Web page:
Acting Foreign Minister Amir Khan Muttaqi in an op-ed for Al Jazeera said that the primary cause of the ongoing economic crisis is the imposition of sanctions and banking restrictions by the US, saying that this impedes and delays efforts to address the humanitarian crisis.
The op-ed is titled: “Afghanistan is ready to work with the US, but sanctions must go.”
Muttaqi said that a unique opportunity has emerged to embark on rapprochement between Afghanistan and the world.
“We also understand that the globalised nature of modern relations means that all state actors must learn to live in harmony and peace with one another,” he said. “Such relations should be founded on the immutable principles of equality, mutual respect and cooperation through the pursuit of shared interests. Bearing this in mind, the current government of Afghanistan once again extends its hand of positive engagement to the world.”
Muttaqi also wrote about the achievements of the Islamic Emirate since it came to power “despite the fact that we inherited a collapsed narco-state, with an emptied treasury, unpaid bills, millions of drug addicts, rampant corruption, universal poverty and unemployment and a stagnant economy."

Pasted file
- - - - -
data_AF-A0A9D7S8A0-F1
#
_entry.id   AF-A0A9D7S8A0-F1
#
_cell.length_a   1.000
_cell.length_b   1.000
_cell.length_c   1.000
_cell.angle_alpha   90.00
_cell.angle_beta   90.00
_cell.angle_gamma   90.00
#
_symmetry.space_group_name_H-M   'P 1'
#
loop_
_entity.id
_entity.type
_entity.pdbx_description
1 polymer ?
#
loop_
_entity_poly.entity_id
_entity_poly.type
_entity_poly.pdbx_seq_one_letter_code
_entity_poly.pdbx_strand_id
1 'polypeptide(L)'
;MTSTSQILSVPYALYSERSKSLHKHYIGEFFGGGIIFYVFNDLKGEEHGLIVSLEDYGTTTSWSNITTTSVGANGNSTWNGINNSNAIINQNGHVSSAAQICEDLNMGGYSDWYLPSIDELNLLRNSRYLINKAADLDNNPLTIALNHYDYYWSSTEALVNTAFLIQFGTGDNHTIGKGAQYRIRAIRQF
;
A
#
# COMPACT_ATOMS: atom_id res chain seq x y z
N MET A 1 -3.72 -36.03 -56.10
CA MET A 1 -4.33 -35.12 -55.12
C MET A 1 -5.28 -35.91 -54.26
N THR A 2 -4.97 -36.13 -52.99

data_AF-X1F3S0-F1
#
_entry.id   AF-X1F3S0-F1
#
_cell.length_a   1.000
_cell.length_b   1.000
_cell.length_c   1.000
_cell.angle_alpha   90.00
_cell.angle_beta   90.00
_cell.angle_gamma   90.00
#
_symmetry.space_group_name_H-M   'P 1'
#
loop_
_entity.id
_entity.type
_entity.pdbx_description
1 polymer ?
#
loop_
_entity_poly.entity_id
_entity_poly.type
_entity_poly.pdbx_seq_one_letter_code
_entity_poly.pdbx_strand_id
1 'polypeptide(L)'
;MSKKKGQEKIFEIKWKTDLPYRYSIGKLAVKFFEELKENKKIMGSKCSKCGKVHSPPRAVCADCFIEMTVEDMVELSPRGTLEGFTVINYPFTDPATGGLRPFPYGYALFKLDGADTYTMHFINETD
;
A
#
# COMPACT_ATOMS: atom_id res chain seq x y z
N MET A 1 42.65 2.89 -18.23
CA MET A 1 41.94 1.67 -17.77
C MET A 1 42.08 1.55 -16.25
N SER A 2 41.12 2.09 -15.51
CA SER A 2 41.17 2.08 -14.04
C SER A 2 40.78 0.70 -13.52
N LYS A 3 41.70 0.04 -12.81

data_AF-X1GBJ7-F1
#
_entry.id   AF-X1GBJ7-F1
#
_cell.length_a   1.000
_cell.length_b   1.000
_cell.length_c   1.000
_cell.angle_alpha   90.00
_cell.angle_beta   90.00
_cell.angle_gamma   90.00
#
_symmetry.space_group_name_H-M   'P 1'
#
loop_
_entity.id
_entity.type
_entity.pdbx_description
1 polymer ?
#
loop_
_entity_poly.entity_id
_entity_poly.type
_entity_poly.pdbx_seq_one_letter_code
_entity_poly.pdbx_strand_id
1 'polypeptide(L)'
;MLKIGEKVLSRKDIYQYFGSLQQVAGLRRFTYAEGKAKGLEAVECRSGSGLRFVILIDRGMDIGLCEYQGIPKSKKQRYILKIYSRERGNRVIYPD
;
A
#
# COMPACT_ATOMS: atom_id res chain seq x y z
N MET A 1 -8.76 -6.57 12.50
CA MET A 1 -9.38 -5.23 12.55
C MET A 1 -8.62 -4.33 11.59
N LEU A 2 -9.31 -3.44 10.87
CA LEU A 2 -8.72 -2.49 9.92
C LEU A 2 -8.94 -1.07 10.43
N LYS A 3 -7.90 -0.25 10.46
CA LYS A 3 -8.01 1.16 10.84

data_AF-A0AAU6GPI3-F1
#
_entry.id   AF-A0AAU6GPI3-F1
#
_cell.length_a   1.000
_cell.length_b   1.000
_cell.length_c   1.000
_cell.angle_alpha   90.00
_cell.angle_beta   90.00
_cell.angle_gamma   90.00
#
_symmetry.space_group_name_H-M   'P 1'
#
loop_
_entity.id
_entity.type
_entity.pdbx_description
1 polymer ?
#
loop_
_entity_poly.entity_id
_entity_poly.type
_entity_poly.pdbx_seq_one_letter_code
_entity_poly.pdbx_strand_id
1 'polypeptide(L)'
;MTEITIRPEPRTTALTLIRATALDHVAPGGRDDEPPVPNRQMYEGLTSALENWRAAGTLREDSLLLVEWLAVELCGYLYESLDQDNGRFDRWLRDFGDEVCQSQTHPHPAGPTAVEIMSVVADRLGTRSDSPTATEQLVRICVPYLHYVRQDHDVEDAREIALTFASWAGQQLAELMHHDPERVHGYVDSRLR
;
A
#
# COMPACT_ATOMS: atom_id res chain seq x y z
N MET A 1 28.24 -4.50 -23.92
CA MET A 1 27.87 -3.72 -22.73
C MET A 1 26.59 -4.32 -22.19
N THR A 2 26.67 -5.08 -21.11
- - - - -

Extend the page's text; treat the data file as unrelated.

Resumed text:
“The Taliban are trying to define their relations with the world. This is the need of the two sides,” said Nematullah Bizhan, an international relations’ analyst.
Afghanistan’s new leaders believe in dialogue and an exchange of ideas, Muttaqi said, “but it takes two hands to clap.”
He called on the international community to respect Afghanistan's independence, saying “the religious and cultural sensibilities call for a cautious approach.”
The international community has repeatedly called for human rights, women’s education, counter-terrorism efforts and assurances that Afghan soil will not be used by groups to attack foreign soil, as well as the formation of an inclusive government as preconditions for engagement with the Islamic Emirate.
“The US and international community are currently focused on the civil and political rights of the people and the issue of governance, which are the obstacles in the way if recognition,” said Javid Javid, an international relations’ analyst.
It has been nearly two years since the Islamic Emirate swept into power but it has yet to be formally recognized by any country.
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